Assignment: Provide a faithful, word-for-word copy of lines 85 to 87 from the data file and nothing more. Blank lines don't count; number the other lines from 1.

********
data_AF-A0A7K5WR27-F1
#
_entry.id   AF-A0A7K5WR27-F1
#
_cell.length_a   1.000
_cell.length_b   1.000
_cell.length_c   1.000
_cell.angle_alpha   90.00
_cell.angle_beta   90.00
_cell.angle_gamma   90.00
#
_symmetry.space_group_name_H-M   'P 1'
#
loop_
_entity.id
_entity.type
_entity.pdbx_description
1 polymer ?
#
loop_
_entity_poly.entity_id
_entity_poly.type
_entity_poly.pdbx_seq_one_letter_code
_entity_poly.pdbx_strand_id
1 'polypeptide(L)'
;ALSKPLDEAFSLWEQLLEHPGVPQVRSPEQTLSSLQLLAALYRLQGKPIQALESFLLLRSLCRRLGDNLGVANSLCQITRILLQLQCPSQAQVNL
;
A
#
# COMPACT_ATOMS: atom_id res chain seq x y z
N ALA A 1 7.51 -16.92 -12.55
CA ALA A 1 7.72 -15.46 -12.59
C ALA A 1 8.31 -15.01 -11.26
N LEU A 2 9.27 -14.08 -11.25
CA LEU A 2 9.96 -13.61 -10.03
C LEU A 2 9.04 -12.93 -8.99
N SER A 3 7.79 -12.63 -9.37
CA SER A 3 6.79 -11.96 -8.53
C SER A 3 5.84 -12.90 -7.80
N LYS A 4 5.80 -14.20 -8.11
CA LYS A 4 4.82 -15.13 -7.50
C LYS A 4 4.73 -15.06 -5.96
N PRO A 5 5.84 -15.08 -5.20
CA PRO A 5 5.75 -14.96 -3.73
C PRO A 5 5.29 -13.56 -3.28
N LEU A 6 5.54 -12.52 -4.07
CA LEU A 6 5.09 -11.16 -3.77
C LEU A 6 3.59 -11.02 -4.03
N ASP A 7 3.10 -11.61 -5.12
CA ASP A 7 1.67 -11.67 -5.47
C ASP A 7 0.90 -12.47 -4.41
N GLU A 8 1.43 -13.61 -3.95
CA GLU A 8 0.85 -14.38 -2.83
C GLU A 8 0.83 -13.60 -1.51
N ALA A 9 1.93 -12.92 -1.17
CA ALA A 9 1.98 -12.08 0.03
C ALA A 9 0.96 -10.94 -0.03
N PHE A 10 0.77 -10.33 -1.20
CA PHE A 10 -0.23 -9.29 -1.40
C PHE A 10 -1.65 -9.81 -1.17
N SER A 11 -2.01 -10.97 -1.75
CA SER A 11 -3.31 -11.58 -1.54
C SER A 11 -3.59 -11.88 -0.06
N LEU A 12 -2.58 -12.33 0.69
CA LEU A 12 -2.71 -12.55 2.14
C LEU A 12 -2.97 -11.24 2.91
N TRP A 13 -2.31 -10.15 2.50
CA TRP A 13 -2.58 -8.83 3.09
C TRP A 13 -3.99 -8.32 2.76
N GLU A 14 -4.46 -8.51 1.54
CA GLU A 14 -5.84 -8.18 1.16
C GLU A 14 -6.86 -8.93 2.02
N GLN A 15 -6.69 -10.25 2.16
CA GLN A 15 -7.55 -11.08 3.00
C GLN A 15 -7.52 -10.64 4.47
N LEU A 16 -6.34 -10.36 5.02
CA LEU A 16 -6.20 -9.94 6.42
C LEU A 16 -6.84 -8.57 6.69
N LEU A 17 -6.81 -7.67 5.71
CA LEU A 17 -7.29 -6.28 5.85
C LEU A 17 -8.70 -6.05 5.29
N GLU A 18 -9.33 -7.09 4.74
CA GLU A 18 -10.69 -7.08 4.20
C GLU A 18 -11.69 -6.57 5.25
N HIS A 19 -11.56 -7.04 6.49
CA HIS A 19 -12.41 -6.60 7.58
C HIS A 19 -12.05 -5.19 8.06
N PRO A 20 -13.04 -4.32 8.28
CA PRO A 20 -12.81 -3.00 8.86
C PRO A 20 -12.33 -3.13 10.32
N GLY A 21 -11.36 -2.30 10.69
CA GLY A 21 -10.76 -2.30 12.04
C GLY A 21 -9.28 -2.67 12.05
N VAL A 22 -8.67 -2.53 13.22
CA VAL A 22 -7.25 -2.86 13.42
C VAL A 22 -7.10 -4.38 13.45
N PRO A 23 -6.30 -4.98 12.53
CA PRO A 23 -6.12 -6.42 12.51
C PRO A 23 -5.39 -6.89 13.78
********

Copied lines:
N HIS A 19 -11.56 -7.04 6.49
CA HIS A 19 -12.41 -6.60 7.58
C HIS A 19 -12.05 -5.19 8.06